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The International Writers Magazine - Our Tenth Year:

Putty Thief
Amanda Donovan

"Run!" yelled my little sister.
I couldn't move. I was petrified. Rooted to the spot. My skinny legs felt as heavy as the grey, graffiti covered concrete tunnels I could see in the junior school playground. The huge ball of soft, blue putty I'd been playing with didn't seem fun any more.

I dropped it on the floor then kicked it towards the red brick wall. It was too late to put it back into the window frame. I'd been caught red handed and my sister had already run away and left me standing there.
The figure inside the classroom lifted up her gnarly finger to point at me as she crept closer to the window. Her black eyes peered at me, squinted at me, accused me. Her tiny mouth opened wide as she shouted loudly,
" I know who you are! You're Amanda Donovan!"
"N.... no, No, that's not me." I stammered as I turned bright red.
"Yes it is. You live in Allen Close. I heard you scratching at the windows and thought someone was breaking into the school. You really scared me! This is vandalism. I'm calling the POLICE right now."

That scared me enough to leg it out of the school. I climbed over the metal gate, quickly left the school, then ran up the steep hill panting hard, tears of fear running down my face. My sister, Nicola, appeared suddenly. I shouted,
"The cleaner said she's calling the police!"
"Why didn't you run you idiot? You just stood there like a spaz! It's..."
"...she'd seen me already, so it was too late to run and I couldn't move anyway."
"But we'd have got away with it. It's your fault! You've ruined the weekend." she cried running off to her friend's house.

I walked home slowly, dreading the rest of the weekend. It was going to be so good. Dad was going to treat us while Mum was away at a Cliff Richard show. Shoulders slumped. I sighed miserably when I realised there would be no treats now. I passed some ramshackle gardens that backed onto the school then carried on through the woods at the bottom of our street. I could hear police car sirens in the distance. Oh my God, they are really coming for me! I ran again, running through the woods, twigs cracking under my feet, ignoring the boys playing in the street.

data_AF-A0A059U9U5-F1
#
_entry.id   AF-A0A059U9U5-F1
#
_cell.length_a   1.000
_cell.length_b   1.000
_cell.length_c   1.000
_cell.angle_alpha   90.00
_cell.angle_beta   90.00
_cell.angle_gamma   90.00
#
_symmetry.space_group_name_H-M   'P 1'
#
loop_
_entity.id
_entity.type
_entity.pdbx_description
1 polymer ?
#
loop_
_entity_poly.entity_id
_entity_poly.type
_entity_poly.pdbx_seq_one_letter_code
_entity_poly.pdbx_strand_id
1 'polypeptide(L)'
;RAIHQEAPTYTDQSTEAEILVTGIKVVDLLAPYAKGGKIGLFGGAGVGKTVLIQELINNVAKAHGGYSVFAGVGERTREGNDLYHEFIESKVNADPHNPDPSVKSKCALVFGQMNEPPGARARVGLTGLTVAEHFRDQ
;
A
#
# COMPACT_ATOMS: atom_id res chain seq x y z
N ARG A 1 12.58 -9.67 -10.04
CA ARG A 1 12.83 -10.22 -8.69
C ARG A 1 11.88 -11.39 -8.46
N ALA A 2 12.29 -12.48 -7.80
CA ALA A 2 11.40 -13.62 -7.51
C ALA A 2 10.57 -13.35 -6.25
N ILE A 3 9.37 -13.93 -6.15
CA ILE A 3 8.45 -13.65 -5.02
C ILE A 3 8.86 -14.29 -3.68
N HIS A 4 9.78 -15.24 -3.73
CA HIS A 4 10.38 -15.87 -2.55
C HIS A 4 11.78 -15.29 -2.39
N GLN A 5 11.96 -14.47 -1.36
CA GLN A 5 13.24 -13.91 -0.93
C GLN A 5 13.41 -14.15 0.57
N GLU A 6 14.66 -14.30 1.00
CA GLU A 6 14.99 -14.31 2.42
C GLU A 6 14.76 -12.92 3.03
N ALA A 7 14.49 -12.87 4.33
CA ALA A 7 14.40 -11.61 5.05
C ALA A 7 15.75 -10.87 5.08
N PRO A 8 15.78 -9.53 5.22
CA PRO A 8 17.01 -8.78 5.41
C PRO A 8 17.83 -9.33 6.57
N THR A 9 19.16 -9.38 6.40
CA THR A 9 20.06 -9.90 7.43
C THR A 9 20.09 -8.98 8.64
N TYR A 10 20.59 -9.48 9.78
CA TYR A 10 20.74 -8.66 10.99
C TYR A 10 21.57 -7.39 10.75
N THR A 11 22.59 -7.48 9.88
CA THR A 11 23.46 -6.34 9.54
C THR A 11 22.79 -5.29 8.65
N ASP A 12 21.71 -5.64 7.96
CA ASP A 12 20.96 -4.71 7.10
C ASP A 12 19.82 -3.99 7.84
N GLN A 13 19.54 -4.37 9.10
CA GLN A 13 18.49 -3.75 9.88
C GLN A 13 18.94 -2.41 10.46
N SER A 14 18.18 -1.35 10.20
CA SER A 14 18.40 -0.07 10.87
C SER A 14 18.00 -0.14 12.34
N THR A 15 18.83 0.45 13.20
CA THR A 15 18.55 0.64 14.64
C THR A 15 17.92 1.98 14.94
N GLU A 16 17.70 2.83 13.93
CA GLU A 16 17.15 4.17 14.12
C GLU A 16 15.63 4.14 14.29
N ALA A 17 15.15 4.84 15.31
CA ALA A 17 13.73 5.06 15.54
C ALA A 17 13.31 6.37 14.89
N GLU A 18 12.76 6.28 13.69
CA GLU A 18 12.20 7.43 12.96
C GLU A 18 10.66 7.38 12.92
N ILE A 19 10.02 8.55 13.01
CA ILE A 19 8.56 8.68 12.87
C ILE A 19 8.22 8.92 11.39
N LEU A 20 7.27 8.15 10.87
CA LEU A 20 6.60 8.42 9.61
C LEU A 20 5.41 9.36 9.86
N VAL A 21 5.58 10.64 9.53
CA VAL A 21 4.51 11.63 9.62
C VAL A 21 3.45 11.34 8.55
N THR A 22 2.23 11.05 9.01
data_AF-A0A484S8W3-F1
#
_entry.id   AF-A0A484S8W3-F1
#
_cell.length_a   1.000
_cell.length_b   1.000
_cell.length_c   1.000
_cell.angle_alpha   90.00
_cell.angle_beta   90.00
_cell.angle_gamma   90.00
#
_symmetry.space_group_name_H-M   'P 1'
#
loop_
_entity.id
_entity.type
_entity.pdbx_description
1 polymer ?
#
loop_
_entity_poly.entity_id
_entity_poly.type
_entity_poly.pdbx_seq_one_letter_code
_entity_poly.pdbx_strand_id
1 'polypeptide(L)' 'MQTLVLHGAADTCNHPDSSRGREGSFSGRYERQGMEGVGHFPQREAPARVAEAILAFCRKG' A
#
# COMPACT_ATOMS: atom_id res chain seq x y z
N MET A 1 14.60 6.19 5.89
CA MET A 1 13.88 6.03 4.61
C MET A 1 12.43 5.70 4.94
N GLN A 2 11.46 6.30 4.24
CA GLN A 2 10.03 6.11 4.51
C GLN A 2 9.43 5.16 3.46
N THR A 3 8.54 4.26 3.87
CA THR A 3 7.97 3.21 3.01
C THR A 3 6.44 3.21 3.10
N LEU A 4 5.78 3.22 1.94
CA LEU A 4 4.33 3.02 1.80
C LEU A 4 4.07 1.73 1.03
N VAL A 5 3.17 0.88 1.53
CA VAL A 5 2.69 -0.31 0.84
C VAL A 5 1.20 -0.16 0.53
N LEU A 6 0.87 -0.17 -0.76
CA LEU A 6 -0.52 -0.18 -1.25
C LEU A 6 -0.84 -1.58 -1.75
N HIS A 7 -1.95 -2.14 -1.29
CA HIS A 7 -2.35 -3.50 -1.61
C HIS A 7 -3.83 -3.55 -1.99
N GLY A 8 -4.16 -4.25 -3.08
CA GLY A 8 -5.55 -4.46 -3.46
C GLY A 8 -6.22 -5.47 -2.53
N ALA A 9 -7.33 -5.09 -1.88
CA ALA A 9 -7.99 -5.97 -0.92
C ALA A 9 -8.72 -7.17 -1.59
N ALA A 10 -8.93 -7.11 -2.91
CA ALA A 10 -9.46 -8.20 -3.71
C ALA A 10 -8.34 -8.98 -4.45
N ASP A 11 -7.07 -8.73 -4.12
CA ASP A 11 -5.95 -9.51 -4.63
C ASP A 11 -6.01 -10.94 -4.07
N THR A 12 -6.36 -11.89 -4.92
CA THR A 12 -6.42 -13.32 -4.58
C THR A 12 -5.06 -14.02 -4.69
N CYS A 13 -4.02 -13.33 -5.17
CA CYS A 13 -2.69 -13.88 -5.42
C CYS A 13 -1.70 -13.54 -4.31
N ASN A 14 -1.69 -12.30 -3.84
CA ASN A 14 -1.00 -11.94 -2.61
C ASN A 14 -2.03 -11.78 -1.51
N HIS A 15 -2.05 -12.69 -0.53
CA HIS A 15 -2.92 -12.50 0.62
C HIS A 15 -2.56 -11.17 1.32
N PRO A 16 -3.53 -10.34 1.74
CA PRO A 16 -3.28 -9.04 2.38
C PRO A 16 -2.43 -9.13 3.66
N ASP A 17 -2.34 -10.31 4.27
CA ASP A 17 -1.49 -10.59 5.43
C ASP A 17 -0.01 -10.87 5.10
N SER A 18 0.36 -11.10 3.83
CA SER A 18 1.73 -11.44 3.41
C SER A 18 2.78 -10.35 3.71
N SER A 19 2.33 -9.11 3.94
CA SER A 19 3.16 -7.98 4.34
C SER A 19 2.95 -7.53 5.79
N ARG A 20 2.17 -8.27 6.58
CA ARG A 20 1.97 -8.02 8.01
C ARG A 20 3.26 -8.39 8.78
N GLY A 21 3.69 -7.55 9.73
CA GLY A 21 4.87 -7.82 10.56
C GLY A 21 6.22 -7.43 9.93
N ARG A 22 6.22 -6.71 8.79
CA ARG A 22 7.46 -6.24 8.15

I ran straight past my house, skidding as I turned right into the overgrown alley way where the bins were kept and the prickly hedgehogs lived. My heart was pounding so loudly that my ears were throbbing. I felt sick with worry. The sirens were getting louder. Shit! My Mum is going to kill me if she finds out! I sat on a rusty bin for a moment to catch my breath. Oh my God, This is the end of my life. I'm going to prison. I'll have to hide, maybe build a camp in the woods and live there for a while until the police forget about me. I'll get my sister to bring me food and water.

I had to make a decision. Hide in the alley and wait until the police left, then pretend I didn't know what was going on, or just go inside to warn Dad? The police might look for me. What if they found me hiding here? That could be much worse. Ten years in prison instead of 5 maybe? I'd seen things like this happen in my favourite T.V program, Grange Hill! I couldn't stay here hiding. I decided I had to tell Dad before the police came. He deserved a warning. What if the police thought he was hiding me?

Breathing hard, face bright red, eyes bloodshot. I opened the rotting back gate, walked down the path, stepped down the two uneven concrete steps and arrived at the yellow back door. The sirens were getting too loud. I took a deep breath, opened the door and shouted for Dad.
"Hello, darling. Where have you been? Auntie Edna called and she wondered if you wanted to go ice skating with her tomorrow?"
"The police are coming! The police are coming! They will be here any second."
"Don't be silly, love. They're not here for you."
The sirens were right outside the house now. I could see the blue flashing lights reflected on my Dad's face, on the walls, on the TV. Everything was flashing blue. I wanted to faint.
"...they are! Dad, I've taken wet putty out of the school window because it felt really nice like play dough. I did it yesterday and today I went with Nicola. But the cleaner saw me, she was really angry and said she was calling the police. They are here. They've come for me!"
...and then came the sound of the special police knock.
Rat tat tat.
© Amanda Donovan Oct 2009

Amanda is studying for her Masters at the University of Portsmouth

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